Time ludicrously chose to make Russia's ex-KGB agent-turned president Vladimir Putin its cover boy. They just couldn't make Petraeus man--oops--person of the year. Our liberal elites are so invested in a narrative of defeat and disaster in Iraq that to acknowledge the prospect of victory would be too head-wrenching and heart-rending. It would mean giving credit to George W. Bush, for one. And it would mean acknowledging American success in a war Time, and the Democratic party, and the liberal elites, had proclaimed lost.
The editors couldn't acknowledge their mugging by reality. That's fine. Nonetheless, reality exists. And the reality is that in Iraq, after mistakes and failures, thanks to the leadership of Bush, Petraeus, and General Ray Odierno--the day-to-day commander whose contributions shouldn't be overlooked--we are winning.
The reality is also this: The counterinsurgency campaign that Petraeus and Odierno conceived and executed in 2007 was as comprehensive a counterinsurgency strategy as has ever been executed. The heart of the strategy was a brilliant series of coordinated military operations throughout the entire theater. Petraeus and Odierno used conventional U.S. forces, Iraqi military and police, and Iraqi and U.S. Special Operations forces to strike enemy strongholds throughout Iraq simultaneously, while also working to protect the local populations from enemy responses. Successive operations across the theater knocked the enemy--both al Qaeda and Sunni militias, and Shia extremists--off balance and then prevented them from recovering. U.S. and Iraqi forces, supported by local citizens, chased the enemy from area to area, never allowing them the breathing space to reestablish safe havens, much less new bases. It wasn't "whack-a-mole" or "squeezing the water balloon" as some feared (and initially claimed)--it was the relentless pursuit of an increasingly defeated enemy.
That defeat has implications far beyond Iraq. In 2007, Iraq's Sunni Arabs fought with us against al Qaeda, and Iraq's Shia Arabs joined with us to fight Iranian-backed Shia militias. So much for the notion that Americans were doomed to fail in their efforts to mobilize moderate Muslims against jihadists. The progress in Iraq in 2007 represents a strategic breakthrough for the broader Middle East whose importance would be hard to overstate.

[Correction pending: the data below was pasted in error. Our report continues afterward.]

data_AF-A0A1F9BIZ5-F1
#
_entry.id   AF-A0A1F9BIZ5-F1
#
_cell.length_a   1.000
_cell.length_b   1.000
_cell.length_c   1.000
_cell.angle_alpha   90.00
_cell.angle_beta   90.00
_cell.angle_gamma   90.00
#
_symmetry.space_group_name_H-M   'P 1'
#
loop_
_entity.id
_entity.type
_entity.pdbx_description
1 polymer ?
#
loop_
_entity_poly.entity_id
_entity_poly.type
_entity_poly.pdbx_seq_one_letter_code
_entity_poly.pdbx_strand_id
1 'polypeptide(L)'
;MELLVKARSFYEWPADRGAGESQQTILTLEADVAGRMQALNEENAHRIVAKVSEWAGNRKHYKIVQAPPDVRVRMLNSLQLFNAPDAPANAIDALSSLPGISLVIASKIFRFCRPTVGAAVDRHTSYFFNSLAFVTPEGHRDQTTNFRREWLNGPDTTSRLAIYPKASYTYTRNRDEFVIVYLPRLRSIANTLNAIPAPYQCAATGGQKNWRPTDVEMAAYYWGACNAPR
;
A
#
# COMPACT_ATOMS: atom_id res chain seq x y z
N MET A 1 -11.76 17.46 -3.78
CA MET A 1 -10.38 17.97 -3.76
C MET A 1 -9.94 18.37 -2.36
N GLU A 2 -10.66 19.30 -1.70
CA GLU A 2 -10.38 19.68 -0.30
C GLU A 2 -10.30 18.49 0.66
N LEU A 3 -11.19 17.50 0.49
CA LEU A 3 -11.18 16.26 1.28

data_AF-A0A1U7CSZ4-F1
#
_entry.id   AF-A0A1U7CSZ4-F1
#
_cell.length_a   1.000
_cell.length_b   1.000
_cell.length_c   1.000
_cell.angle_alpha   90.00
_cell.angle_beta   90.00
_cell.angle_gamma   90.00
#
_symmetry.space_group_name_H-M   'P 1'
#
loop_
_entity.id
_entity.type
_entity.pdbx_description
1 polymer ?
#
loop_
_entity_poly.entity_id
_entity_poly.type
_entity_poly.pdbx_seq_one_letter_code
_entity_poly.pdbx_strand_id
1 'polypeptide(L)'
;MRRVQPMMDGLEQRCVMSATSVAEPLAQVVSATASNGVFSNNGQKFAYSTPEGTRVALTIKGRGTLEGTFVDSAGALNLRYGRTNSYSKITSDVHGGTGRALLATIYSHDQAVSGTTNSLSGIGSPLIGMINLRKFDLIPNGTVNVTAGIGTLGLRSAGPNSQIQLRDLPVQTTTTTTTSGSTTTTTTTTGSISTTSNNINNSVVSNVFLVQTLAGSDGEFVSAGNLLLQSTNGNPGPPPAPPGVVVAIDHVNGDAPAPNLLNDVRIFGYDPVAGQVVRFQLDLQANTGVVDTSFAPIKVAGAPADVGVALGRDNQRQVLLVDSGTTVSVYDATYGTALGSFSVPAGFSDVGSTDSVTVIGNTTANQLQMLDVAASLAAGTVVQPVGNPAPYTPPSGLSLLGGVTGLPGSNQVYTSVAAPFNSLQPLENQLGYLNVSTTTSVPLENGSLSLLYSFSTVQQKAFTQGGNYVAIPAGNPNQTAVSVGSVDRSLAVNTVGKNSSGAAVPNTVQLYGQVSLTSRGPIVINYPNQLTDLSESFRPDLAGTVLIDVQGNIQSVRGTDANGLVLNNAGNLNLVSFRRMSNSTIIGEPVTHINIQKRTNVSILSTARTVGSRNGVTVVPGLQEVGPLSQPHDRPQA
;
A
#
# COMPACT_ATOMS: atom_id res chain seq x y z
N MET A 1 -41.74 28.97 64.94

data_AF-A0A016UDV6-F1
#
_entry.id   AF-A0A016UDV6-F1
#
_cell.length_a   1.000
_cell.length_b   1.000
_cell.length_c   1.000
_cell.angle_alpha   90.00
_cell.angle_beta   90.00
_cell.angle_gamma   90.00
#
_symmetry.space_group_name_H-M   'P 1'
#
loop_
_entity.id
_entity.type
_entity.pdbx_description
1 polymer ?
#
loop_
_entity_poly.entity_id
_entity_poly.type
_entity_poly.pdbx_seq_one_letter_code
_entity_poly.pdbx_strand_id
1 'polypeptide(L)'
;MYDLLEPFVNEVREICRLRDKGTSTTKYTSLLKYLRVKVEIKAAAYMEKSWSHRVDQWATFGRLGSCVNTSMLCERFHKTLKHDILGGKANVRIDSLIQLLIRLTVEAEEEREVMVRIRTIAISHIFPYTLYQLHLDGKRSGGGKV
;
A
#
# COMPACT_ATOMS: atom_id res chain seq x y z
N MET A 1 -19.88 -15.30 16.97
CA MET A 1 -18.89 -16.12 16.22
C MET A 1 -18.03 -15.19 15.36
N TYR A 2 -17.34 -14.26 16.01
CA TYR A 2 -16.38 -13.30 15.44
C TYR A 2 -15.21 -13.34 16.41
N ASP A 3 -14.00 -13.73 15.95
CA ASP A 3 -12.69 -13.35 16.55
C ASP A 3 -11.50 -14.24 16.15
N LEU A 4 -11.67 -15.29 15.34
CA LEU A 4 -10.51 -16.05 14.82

One additional point: Petraeus's counterinsurgency stands out not just for its conceptual ambition and the skill of its execution but for its humanity. There were those who argued that the U.S. military could not succeed in counterinsurgency because Americans were not tough and bloodthirsty enough. They said that brutality was essential in subduing insurgents and our humanity would be our downfall.
They were wrong. The counterinsurgency campaign of 2007 was probably the most precise, discriminate, and humane military operation ever undertaken on such a scale. Our soldiers and Marines worked hard--and took risks and even casualties--to ensure, as much as possible, that they hurt only enemies. Compared with any previous military operations of this size, they were astonishingly successful. The measure of their success lies in the fact that so many Iraqis now see American troops as friends and protectors. Petraeus and his generals have shown that Americans can fight insurgencies and win--and still be Americans. For that and so much else, he is the man of the year.
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Friday, December 21, 2007
Monday, December 17, 2007
I concur - and have been saying so, consistently, throughout the past several years. Bush II will go in the history books as a great, not just good, President (er, the high school textbooks, all written by liberals, notwithstanding)...T
"Far better it is to dare mighty things, to win glorious triumphs, even though checked by failure, than to rank with those poor spirits who neither enjoy much nor suffer much, because they live in the gray twilight that knows not victory nor defeat." --Theodore Roosevelt
Listening to the fatuous Al Gore claim his undeserved Nobel Prize and maunder on about how America is ruining the planet makes me realize how fortunate America is to have as its president George W. Bush. Yes, Bush has his ample share of failings. He occasionally speaks at the fifth-grade level. He is too willing to surround himself with cronies and sycophants. An unsupple man, Bush sometimes reminds me of the toy soldier who walks into the wall and keeps going.
Bush's weaknesses, however, are more than compensated for by his one great strength. This is a man with unbelievable tenacity. No American president in my lifetime, not even Reagan, had Bush's guts. Perhaps one would have to go all the way back to Franklin or Teddy Roosevelt to find comparable determination. On the international stage, Bush's stamina recalls that of Churchill. Consider: when Bush was elected in 2000 with the tiniest conceivable margin--a margin so slender it required Supreme Court intervention to place him in the Oval Office--I was sure that Bush's proposed tax cuts were dead. But no: Bush pushed ahead and got most of what he proposed. And the subsequent health of the economy--low interest rates, low unemployment, steady growth--has undoubtedly been nourished by Bush's tax cuts.